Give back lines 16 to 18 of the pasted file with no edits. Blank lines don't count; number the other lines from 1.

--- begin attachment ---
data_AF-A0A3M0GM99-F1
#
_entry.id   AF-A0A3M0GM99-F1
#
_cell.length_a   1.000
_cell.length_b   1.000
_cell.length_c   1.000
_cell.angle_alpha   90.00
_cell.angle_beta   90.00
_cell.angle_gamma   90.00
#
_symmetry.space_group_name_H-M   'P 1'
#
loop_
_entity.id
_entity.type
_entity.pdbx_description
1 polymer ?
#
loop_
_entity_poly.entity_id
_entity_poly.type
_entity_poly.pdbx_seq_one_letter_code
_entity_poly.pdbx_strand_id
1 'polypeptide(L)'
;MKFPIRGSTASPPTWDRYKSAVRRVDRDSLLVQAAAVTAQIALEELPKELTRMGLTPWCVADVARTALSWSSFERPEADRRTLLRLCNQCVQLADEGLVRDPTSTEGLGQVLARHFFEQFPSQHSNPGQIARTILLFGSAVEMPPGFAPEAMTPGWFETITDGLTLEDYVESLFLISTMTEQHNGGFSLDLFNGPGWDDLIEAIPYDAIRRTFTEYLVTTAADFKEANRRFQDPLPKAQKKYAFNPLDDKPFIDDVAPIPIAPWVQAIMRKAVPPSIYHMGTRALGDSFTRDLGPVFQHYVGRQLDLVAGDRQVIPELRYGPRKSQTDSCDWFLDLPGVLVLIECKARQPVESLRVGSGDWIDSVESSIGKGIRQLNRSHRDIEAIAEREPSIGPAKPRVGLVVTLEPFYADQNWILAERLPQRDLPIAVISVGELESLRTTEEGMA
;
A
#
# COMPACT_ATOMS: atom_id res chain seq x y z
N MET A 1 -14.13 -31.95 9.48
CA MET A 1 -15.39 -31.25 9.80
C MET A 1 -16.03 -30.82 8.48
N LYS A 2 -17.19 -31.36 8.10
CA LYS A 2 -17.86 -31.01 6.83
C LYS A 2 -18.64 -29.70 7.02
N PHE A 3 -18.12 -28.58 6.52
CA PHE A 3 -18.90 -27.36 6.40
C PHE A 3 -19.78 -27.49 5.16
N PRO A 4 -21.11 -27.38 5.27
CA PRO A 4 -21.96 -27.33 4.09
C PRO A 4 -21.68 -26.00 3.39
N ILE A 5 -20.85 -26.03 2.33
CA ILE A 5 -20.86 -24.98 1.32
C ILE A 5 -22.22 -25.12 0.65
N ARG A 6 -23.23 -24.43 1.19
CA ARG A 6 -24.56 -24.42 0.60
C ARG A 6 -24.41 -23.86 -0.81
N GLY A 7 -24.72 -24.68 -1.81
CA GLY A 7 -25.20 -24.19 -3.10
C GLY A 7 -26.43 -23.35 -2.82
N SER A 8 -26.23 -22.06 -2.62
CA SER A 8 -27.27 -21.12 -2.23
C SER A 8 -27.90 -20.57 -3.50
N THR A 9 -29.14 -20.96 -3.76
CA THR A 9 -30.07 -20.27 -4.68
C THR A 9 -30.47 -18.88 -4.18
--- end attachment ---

_entity.type
_entity.pdbx_description
1 polymer ?